NEH's national budget is less than the amount of federal dollars supporting just military marching bands in the U.S. Defense Department, says Cynthia Buckingham, executive director of Utah Humanities.

Throughout Utah, federal arts funding is amplified through local partnerships, advocates say. "I would defy any business to squeeze a nickel more than any of the state's nonprofits do," says Buckingham. "We make a little go a long, long way."

In Utah last year, the NEA awarded $731,600 to the Utah Division of Arts and Museums. With matching state and private funding, the state awarded $2,168,671 in 261 grants to support arts groups, museums, educational and cultural activities throughout the state. Separately, the NEA awarded 20 direct grants to Utah agencies, totaling $577,500.

In 2015, NEH awarded $636,000 to Utah Humanities, which was matched with some $400,000 from private and public sources, and then that funding was enhanced with more than $682,000 in goods and services from Utah partners. (Official figures from 2016 are still being compiled.)

"So each federal dollar of seed money generated about $1.70 in documented cash and in-kind services," says Buckingham, adding that the nonprofit's programs reached 22 of Utah's 29 counties through 374 events that year, including the monthlong Utah Book Festival. Another high-profile program is its Smithsonian "Museum on Main Street," which has supported eight exhibitions and toured 41 towns, while attracting more than 250,000 Utah viewers, according to the agency.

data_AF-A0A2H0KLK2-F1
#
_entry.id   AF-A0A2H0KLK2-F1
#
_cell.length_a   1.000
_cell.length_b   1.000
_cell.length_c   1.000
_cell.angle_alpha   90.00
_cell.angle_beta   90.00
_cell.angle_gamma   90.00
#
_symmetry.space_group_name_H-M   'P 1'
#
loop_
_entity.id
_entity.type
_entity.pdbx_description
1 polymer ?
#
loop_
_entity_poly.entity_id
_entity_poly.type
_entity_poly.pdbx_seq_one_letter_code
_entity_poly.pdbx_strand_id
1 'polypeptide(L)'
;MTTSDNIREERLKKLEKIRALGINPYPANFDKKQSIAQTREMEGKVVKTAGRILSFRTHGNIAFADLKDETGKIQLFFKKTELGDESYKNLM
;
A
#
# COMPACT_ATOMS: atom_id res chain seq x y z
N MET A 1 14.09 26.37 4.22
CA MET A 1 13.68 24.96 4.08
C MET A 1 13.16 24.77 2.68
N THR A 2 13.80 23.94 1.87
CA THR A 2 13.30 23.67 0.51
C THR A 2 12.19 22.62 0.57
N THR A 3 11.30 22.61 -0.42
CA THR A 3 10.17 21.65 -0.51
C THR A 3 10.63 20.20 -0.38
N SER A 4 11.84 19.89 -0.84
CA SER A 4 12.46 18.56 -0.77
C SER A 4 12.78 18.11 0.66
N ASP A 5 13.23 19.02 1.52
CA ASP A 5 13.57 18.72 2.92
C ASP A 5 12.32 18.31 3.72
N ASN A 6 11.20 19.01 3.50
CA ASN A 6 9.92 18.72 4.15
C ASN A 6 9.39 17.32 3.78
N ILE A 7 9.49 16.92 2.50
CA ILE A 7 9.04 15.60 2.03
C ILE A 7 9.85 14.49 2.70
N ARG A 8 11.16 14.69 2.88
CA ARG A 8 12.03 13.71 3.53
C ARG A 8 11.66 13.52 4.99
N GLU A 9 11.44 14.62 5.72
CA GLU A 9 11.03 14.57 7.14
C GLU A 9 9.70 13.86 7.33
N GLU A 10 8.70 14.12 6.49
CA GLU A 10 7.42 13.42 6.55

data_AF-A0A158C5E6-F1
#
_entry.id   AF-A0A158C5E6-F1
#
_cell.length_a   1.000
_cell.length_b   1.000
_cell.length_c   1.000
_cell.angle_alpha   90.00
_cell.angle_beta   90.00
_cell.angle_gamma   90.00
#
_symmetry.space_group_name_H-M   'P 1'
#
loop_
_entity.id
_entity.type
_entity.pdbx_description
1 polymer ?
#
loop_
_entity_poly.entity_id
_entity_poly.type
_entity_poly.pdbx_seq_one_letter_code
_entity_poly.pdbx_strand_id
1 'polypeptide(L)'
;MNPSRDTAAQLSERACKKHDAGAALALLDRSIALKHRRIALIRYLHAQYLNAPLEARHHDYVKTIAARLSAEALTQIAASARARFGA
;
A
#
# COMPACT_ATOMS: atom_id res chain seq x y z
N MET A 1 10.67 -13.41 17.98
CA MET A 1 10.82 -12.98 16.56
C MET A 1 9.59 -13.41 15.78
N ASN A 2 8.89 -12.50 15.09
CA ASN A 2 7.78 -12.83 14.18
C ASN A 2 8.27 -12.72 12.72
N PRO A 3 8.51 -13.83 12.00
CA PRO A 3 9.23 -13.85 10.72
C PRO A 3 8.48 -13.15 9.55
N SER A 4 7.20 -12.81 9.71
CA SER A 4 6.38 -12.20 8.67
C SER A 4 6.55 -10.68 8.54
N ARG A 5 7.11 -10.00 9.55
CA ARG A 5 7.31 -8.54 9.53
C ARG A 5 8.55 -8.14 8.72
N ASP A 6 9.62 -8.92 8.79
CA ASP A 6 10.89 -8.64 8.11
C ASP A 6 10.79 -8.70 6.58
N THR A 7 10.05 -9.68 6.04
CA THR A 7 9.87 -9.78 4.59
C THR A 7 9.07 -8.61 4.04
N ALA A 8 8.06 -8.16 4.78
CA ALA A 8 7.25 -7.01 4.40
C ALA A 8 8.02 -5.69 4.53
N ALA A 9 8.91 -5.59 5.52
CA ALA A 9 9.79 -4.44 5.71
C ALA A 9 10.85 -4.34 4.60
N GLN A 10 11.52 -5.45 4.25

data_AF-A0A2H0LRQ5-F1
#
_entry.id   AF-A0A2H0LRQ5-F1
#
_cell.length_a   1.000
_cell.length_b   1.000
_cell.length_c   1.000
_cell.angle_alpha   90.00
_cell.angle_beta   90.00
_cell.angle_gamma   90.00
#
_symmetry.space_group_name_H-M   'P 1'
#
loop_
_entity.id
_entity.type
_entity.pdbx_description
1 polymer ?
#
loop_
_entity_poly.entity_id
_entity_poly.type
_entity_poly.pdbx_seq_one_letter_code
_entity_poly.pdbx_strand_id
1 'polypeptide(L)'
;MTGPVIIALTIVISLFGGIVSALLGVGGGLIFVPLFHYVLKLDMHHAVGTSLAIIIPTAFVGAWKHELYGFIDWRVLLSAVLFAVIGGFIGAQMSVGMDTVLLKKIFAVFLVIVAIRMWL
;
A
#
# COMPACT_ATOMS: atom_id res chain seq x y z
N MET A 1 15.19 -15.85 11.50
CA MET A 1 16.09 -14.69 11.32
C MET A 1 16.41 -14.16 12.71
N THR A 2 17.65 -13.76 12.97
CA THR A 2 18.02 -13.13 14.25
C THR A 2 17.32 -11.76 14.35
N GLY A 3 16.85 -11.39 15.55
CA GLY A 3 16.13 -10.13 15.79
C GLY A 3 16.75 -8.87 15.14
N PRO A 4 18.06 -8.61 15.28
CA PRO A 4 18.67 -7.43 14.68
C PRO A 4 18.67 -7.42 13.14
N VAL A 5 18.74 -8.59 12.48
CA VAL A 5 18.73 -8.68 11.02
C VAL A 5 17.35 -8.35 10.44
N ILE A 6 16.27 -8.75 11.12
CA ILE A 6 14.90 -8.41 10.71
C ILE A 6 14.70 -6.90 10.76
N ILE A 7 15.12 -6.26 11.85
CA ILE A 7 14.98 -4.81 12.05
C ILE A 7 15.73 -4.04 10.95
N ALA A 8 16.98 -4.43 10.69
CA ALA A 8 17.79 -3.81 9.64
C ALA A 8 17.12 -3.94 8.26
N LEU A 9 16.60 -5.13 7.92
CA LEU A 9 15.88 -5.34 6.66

Every arts organization will suffer if federal arts funding is cut or eliminated, says Paul Meecham, US | UO president and CEO. "We can argue about to what degree."

"This is a human issue," said Keri Putnam, executive director of the Sundance Institute, at the film festival's opening news conference last month. "It's about free expression, and it's about what role the arts play."

After all, the Utah economic driver that became the Sundance Film Festival in 1981 received seed money from a NEA grant.

Overall, here's the message a trio of arts leaders delivered to Utah's congressional delegation in meetings last week: Utah voters work in the arts and Utah voters enthusiastically participate in the arts.

Utah voters also support paying arts and recreation taxes, says Gay Cookson, director of the state's Division of Arts & Museums.

As an example of voter support, advocates cite the 77 percent of Salt Lake County voters who last November reauthorized for the third time the Zoo, Arts and Parks tax, distributing 1/10th of 1 percent of sales taxes to local programs.

Across the state, voters have approved six similar county and 26 city taxes.

Of course, fighting over arts funding isn't new, Utah arts leaders say, recalling battles in the 1980s and 1990s during previous Republican administrations. Arts leaders underscored that bipartisan support saved federal funding in the past, and caused grant programs to be restructured and aimed at community programs.